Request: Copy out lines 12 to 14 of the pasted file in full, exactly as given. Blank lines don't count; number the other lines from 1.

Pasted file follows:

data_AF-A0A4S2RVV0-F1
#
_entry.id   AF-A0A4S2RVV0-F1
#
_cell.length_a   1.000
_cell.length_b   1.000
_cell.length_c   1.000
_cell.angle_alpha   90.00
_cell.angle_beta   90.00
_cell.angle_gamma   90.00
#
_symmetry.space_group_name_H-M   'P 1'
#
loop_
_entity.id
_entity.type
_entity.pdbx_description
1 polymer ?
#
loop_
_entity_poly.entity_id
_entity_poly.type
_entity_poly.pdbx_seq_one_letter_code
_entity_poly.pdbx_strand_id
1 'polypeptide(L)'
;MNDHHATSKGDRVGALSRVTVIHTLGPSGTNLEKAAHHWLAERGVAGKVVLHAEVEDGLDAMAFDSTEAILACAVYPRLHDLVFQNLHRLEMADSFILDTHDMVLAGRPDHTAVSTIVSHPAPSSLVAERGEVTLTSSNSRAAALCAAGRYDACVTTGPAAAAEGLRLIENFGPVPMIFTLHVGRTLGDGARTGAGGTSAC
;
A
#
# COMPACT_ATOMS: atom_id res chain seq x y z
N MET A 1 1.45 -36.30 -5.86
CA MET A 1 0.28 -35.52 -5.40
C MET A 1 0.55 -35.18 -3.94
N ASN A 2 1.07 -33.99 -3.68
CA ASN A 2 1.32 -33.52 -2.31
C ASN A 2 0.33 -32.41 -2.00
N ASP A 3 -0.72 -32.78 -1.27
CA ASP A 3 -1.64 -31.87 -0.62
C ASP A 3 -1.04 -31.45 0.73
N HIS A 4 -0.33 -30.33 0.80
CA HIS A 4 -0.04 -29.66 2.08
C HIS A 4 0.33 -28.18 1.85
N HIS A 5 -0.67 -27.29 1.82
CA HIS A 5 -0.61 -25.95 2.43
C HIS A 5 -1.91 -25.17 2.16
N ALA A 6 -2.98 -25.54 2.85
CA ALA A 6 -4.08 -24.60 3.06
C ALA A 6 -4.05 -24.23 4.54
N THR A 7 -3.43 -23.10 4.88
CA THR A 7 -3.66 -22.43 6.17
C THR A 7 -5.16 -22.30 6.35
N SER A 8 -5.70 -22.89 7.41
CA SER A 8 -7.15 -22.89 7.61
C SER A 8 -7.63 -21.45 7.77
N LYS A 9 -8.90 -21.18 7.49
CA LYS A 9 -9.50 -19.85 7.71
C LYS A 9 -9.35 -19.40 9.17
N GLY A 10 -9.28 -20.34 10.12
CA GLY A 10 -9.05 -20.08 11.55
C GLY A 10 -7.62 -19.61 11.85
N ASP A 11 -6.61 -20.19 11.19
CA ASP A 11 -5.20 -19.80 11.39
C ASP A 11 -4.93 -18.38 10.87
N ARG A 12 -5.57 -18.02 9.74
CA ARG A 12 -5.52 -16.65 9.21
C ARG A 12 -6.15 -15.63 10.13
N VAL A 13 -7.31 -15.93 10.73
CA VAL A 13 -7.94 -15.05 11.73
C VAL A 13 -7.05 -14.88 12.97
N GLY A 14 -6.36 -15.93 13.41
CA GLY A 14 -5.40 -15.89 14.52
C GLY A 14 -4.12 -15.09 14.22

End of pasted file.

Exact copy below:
_symmetry.space_group_name_H-M   'P 1'
#
loop_